Leading One’s Own Personal and Professional Development Is A Core Component of the Art of Great Leadership
The biggest mistake new leaders make is thinking they already know everything they need to know in order to excel in their new leadership role.
However, the skills, knowledge, and experiences that create a successful and talented individual contributor are not necessarily transferable to the role of a leader. The truth is, you will never learn everything you need to know to be a great leader. Continuous learning and development are mandatory for continued leadership success.
For instance, you may know how to motivate yourself. But what motivates you is not necessarily what motivates any or all of your team members. The same applies to communication preferences. You may prefer delivering your messages orally, but some team members may need to see these in writing for them to understand and retain the information in them. This advice from Jedi Master Yoda is particularly relevant for new leaders, “You must unlearn what you have learned.”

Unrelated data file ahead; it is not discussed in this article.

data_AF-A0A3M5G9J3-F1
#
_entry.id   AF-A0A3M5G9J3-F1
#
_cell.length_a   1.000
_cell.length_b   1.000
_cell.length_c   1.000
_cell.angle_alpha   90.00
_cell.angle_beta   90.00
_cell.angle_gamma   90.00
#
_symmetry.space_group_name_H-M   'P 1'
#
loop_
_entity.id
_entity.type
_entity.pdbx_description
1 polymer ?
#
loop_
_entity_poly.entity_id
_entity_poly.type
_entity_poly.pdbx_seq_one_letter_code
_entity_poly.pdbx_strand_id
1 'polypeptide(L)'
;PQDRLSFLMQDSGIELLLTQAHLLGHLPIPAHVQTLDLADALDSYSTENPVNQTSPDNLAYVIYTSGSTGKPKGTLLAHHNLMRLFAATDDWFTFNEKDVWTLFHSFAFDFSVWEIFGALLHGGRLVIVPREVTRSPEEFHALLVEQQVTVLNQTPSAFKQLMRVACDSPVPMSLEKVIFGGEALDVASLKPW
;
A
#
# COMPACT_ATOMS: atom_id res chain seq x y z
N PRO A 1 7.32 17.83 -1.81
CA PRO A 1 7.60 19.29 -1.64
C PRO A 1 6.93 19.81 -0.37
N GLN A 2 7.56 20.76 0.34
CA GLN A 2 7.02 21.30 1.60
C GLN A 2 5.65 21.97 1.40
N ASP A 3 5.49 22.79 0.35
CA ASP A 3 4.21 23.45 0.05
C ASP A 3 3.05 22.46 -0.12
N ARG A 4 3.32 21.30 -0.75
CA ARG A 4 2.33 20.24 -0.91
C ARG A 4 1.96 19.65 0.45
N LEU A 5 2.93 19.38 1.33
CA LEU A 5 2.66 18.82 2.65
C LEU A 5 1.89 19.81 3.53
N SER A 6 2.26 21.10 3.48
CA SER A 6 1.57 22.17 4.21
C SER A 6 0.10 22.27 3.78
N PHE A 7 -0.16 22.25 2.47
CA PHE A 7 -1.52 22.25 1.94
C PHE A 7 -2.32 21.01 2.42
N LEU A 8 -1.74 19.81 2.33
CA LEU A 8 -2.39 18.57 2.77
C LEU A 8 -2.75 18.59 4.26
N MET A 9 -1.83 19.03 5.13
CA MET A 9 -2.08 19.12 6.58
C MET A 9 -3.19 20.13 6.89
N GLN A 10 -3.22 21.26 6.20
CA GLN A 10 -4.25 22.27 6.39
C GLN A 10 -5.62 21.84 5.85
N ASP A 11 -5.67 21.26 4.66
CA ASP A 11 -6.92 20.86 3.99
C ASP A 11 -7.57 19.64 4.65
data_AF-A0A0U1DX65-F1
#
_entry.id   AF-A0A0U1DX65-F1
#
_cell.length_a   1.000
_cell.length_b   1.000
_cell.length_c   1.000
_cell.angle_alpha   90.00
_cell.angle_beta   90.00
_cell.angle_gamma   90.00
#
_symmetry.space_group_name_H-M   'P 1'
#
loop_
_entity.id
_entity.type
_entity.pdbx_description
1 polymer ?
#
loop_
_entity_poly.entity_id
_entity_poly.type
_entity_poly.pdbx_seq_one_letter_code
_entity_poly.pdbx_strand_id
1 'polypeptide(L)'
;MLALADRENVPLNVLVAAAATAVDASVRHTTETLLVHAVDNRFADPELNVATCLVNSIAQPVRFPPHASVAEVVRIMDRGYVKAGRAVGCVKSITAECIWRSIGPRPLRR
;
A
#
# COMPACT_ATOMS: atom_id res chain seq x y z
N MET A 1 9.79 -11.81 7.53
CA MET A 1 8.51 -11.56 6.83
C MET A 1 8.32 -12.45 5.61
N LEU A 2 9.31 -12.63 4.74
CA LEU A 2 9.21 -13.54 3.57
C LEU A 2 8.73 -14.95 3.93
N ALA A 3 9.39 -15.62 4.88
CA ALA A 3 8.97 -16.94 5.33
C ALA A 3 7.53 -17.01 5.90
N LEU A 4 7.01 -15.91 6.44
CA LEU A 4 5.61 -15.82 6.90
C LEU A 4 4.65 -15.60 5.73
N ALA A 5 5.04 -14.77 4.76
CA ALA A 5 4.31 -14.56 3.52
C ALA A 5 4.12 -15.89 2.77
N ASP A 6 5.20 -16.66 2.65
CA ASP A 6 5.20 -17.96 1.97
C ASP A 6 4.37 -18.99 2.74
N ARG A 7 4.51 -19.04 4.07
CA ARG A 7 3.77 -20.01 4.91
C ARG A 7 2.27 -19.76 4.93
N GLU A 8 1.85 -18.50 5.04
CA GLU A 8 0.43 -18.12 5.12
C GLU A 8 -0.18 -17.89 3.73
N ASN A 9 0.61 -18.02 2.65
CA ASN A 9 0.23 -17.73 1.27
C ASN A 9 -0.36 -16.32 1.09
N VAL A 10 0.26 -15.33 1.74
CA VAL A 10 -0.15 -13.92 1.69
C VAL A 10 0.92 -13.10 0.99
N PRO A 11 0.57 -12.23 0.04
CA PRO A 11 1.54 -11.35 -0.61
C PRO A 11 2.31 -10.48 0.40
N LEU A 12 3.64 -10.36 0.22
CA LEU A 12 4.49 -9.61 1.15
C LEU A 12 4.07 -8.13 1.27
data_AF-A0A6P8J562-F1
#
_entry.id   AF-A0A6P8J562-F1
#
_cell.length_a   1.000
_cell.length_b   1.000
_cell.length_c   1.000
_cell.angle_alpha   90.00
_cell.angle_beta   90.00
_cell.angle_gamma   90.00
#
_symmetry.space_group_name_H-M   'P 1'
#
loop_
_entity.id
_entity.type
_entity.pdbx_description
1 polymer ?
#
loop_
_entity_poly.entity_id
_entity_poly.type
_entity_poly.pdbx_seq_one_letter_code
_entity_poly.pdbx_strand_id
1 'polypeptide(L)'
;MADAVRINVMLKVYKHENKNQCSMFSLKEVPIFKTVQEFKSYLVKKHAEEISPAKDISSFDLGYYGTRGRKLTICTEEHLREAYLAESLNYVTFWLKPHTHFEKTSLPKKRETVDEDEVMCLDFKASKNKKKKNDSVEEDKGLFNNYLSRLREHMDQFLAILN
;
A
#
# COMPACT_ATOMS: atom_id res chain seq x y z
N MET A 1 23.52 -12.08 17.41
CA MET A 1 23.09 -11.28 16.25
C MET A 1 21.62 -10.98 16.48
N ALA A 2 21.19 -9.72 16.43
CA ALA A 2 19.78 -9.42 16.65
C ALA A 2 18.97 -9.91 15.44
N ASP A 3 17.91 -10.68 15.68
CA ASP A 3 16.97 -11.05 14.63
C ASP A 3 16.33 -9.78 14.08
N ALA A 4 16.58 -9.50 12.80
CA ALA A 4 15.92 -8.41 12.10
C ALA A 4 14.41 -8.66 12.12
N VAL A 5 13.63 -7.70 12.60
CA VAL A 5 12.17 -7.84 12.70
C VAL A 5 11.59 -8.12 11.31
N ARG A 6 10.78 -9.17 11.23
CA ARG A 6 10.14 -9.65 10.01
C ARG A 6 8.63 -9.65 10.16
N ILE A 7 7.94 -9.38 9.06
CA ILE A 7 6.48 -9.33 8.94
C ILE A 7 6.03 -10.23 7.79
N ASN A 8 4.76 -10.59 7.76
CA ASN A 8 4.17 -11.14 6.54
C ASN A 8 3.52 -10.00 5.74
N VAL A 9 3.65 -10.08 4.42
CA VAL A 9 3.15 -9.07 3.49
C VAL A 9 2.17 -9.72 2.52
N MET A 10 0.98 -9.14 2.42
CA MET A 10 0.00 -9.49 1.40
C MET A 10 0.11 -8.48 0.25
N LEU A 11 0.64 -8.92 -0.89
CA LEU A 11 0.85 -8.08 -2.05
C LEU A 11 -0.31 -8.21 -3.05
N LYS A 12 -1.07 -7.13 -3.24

Your development as a leader will also come through experiences, especially difficult ones. As basketball coach Morgan Wooten has noted, “You learn more from losing than winning. You learn to keep going.”
The art of great leadership requires a continuous evaluation and evolution of one’s own leadership skills, mindset, philosophy, actions, and development.
All great leaders know that they need to continuously develop themselves. This is why taking charge and leading one’s own personal and professional development is a core component of the art of great leadership.
This article is excerpted from my book Great Leadership Words of Wisdom, which is available on Amazon in both paperback and Kindle formats and has over 1000 quotes on leadership from global business leaders, statesmen, athletes, coaches, sages, and philosophers.